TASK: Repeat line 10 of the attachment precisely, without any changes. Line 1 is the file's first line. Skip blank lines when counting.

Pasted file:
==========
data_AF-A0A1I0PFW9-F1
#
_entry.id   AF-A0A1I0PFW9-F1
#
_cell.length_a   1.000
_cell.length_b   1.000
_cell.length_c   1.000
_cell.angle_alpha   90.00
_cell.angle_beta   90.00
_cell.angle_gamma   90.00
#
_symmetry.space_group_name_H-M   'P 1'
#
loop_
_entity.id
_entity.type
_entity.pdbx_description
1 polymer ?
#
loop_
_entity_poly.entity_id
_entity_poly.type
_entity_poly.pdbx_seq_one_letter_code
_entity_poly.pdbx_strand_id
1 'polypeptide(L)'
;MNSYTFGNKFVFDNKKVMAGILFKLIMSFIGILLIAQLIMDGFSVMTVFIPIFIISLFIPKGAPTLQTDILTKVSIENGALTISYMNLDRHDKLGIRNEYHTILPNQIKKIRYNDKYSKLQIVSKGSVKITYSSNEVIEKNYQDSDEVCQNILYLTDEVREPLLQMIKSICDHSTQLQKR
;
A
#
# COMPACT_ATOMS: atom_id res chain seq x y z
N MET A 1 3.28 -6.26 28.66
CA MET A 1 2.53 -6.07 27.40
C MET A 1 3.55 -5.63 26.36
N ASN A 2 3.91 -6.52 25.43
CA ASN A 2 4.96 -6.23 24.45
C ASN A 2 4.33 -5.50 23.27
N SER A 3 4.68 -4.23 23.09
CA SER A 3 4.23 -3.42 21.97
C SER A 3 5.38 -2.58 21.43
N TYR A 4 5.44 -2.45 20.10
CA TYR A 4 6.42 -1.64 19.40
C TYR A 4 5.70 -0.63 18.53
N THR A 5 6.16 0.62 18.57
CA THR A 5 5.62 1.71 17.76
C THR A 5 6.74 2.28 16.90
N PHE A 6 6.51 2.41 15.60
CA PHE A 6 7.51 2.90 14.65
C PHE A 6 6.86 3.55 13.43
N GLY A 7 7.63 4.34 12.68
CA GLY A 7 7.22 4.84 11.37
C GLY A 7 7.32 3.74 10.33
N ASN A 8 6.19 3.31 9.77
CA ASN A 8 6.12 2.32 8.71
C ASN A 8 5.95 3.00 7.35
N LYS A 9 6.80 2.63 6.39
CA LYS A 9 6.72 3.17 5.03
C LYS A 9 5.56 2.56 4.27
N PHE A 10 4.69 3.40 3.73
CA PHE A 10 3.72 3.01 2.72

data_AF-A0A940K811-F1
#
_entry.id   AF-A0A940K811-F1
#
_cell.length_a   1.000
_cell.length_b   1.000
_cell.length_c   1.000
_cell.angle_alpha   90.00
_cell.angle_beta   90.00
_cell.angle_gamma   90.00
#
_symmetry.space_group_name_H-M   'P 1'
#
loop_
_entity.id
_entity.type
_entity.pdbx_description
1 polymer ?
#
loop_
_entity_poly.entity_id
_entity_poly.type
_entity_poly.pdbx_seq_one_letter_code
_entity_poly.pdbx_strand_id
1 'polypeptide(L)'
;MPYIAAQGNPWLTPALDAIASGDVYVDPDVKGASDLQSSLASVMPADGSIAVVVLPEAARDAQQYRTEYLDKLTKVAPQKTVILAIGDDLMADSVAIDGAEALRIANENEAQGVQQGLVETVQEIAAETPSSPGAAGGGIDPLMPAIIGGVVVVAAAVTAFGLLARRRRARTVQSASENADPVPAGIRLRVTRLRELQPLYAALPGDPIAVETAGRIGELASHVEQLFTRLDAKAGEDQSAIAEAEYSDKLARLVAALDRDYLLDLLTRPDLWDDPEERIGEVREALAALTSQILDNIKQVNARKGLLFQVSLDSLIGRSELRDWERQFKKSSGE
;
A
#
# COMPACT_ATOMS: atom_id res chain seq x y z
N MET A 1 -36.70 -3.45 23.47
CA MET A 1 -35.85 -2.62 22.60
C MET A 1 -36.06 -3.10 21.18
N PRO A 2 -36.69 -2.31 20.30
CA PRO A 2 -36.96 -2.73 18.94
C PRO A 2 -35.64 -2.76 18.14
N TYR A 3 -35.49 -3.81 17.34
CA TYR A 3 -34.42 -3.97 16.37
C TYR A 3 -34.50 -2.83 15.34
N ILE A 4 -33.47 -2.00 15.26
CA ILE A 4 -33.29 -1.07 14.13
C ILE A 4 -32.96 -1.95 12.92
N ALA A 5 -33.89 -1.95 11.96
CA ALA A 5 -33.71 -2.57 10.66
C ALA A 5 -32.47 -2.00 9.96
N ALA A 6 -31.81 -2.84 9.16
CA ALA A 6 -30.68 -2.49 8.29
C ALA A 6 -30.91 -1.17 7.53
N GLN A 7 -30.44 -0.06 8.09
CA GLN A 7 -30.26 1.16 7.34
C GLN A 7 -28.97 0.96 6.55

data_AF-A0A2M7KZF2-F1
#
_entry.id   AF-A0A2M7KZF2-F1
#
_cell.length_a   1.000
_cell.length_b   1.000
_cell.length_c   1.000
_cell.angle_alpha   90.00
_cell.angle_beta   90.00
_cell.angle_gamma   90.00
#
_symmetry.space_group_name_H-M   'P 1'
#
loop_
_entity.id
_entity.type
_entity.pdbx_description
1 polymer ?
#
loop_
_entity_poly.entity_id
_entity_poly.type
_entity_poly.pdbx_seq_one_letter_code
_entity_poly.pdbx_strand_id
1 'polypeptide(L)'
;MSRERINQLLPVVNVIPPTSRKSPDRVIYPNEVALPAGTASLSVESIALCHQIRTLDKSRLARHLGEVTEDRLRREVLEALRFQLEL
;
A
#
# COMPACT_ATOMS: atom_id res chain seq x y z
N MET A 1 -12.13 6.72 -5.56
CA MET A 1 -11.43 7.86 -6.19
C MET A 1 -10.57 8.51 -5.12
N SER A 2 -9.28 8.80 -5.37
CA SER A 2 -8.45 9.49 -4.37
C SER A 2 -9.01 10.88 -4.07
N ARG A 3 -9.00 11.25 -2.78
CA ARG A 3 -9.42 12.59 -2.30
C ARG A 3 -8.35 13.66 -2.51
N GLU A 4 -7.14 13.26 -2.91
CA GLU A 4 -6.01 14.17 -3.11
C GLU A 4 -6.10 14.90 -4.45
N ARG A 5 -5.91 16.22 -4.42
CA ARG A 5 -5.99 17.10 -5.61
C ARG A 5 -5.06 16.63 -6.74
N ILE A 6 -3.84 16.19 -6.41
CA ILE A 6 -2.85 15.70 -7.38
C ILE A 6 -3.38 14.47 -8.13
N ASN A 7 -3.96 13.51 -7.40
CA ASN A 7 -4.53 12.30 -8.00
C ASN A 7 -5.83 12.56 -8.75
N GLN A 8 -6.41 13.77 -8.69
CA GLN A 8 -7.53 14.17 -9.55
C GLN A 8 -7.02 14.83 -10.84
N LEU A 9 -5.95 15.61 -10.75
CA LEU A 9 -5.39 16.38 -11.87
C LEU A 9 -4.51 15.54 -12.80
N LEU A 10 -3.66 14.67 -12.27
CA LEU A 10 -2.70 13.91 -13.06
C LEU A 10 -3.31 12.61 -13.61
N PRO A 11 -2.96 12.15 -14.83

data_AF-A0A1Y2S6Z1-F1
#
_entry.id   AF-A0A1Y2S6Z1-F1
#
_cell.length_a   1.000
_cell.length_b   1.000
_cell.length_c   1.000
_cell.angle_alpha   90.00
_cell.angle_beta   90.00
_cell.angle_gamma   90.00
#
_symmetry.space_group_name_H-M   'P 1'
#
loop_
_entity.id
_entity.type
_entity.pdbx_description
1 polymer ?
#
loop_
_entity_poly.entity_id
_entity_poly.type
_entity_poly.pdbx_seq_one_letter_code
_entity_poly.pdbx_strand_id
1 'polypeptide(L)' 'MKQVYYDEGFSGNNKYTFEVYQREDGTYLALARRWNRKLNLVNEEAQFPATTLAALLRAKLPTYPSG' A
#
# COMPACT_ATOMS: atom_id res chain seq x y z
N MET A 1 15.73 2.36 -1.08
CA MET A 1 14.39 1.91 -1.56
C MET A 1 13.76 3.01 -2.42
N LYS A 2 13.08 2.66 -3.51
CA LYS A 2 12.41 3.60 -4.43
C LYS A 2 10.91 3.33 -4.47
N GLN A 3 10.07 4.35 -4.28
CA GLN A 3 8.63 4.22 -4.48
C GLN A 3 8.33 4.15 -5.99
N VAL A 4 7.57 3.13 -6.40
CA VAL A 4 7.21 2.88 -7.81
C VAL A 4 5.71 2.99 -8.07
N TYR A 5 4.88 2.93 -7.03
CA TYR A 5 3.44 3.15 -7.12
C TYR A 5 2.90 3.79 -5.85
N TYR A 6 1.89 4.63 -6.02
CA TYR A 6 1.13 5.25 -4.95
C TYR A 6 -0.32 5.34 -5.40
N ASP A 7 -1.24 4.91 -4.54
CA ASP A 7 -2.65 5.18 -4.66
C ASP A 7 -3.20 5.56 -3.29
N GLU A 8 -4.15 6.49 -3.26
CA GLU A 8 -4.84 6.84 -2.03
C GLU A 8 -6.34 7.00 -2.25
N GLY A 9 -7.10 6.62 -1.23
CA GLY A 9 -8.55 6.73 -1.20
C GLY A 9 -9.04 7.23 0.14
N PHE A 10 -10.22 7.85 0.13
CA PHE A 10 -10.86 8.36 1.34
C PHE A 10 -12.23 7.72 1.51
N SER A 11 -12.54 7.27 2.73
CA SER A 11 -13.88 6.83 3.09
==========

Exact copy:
_cell.angle_gamma   90.00